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Review: Othello (The Gift Theatre)

By Chicagotheaterbeat @chitheaterbeat

Review: Othello (The Gift Theatre)   

Written by William Shakespeare  
Directed by Jonathan Berry 
The Gift Theatre, 4802 N. Milwaukee (map)
thru Aug 24  |  tickets: $20-$35   |  more info
Check for half-price tickets 
   Read review



A simply staged masterpiece proves mesmerizing


Review: Othello (The Gift Theatre)


The Gift Theatre presents



Review by Keith Glab

The Gift Theatre’s mission statement is to “tell great stories onstage with honesty and simplicity.” In Othello, the company’s first venture into producing Shakespeare in their 13-year history, they obviously have a truly great story to tell. They honor the second half of their mission statement with a no-frills production that features minimal set, props, music, lighting effects, or directorial agenda. A dozen remarkable actors are entrusted to perform one of the greatest plays ever written in close quarters, and the result enthralls.

Review: Othello (The Gift Theatre)
Surprisingly, the large cast never overwhelms the diminutive space, which is a credit to Gift veteran Jonathan Berry’s staging. The intimate conditions allow for more nuances to be seen and heard in a play that is all about nuance. As in all Shakespeare, there are portions where several characters aren’t given much to do onstage while one or two characters deliver long speeches. The Gift’s setup allows the audience to see the subtle reactions from those listening characters. Iago (Michael Patrick Thornton), Emilia (Darci Nalepa), and Brabantio (John Kelly Connolly) gave the most interesting reactions that I noticed opening night.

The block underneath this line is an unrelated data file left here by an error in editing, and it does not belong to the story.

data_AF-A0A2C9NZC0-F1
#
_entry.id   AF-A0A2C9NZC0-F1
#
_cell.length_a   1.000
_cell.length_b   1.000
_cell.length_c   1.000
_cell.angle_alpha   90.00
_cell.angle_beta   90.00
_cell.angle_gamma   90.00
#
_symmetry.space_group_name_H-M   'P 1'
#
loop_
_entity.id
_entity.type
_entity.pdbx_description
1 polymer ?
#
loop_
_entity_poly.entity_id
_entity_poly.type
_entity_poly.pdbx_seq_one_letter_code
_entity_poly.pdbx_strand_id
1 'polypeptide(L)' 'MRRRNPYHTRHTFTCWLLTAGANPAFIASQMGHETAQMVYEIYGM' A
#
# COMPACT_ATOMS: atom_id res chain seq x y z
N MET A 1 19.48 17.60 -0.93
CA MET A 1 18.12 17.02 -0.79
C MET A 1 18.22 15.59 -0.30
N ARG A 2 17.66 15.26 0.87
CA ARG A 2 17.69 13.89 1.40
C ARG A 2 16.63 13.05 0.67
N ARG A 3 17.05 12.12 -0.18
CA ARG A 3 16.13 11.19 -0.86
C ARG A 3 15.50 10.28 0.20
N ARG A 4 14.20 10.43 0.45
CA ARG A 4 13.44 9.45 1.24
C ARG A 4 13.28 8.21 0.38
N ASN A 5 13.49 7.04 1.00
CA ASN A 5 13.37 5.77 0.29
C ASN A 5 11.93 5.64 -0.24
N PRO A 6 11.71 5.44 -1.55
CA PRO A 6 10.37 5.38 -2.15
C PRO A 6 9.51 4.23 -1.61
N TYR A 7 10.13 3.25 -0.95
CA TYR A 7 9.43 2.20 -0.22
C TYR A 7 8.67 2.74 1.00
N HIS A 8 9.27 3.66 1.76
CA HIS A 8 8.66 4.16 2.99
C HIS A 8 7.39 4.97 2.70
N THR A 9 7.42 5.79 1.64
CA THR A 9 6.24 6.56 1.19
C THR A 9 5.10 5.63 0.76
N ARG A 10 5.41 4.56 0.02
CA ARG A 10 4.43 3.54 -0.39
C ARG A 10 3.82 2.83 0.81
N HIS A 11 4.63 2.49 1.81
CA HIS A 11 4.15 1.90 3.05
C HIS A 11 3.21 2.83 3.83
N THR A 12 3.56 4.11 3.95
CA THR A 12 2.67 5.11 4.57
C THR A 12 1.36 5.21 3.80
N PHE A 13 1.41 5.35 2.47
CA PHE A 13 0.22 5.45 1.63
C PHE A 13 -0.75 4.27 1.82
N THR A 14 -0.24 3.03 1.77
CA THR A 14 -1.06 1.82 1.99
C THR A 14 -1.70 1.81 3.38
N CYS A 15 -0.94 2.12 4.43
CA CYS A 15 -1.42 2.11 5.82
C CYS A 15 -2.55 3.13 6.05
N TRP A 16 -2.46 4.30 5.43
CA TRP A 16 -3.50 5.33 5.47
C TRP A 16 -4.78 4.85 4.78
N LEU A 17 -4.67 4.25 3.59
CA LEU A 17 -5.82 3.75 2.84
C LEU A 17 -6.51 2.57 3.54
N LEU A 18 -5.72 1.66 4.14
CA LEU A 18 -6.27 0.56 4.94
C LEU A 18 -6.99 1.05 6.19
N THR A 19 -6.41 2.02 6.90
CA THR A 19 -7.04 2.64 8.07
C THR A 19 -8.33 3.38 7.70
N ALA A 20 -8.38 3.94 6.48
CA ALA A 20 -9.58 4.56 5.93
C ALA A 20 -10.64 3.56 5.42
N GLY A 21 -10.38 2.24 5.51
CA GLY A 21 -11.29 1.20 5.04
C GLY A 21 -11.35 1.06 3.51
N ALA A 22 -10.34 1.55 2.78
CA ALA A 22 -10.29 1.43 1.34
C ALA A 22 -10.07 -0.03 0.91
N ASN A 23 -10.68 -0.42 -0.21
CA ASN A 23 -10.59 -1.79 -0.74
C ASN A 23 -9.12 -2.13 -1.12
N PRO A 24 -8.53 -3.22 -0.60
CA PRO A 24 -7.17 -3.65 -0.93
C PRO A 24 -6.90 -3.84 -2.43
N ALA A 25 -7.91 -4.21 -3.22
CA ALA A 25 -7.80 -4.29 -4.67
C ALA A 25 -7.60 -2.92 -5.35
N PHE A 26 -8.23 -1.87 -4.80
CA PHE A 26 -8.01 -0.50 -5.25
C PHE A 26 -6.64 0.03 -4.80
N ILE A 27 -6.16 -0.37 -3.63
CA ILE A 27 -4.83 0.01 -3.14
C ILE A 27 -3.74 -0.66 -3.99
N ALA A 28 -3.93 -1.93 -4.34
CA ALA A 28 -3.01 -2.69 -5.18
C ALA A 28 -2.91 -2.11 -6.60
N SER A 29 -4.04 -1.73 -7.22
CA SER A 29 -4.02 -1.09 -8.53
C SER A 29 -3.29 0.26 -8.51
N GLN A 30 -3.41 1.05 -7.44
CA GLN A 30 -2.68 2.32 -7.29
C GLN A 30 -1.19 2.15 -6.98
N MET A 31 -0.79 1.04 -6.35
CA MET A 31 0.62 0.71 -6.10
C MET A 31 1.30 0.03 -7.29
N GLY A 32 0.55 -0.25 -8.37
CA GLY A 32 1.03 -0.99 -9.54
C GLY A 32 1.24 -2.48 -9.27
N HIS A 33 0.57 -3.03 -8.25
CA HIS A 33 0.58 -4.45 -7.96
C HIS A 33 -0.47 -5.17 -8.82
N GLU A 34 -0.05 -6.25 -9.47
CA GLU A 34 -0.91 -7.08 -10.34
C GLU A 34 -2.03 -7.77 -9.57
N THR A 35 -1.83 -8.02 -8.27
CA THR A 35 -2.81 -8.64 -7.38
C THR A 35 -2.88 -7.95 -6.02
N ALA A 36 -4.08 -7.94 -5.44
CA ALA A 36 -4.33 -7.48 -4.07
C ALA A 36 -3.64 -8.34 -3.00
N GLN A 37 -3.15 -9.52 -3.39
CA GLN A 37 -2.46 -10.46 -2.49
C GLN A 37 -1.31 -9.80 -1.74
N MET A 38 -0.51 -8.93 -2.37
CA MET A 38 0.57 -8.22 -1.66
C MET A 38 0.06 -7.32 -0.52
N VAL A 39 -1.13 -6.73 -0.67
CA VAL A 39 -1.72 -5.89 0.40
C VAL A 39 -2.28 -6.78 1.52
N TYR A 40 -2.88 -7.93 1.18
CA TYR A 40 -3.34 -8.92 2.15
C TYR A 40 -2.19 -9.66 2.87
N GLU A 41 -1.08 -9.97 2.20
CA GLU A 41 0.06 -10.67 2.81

The entire cast excels at making the Bard’s words their own, the resultant naturalistic quality being so often absent from Shakespeare performed in the States. Thornton takes it too far on occasion by throwing away lines, particularly the heroic couplets that conclude scenes. Part of this may be done in an effort to speed through scene transitions. Indeed, there are several instances when the dialog feels rushed in order to facilitate an iteration of Othello with minimal cuts that concludes in less than three hours. There are also times when an actor delivers large chunks of lines upstage to create a more visually interesting tableau on the Gift’s long-yet-shallow stage. Even understanding the motivations behind these choices, it’s hard to reconcile losing lines of dialog when the language in the script is so phenomenal.

Kareem Bandealy’s performance as the eponymous character is the best I’ve ever witnessed. Too often, Othello is portrayed as a hapless and somewhat foolish victim of Iago’s malice, forgetting that it takes an incredibly intelligent and perceptive man to pick up on Iago’s insidious hints. Bandealy’s Othello is intelligent, powerful, virile, and passionate. The play has so much more impact when a great man falls prey to the green-eyed monster.

Review: Othello (The Gift Theatre)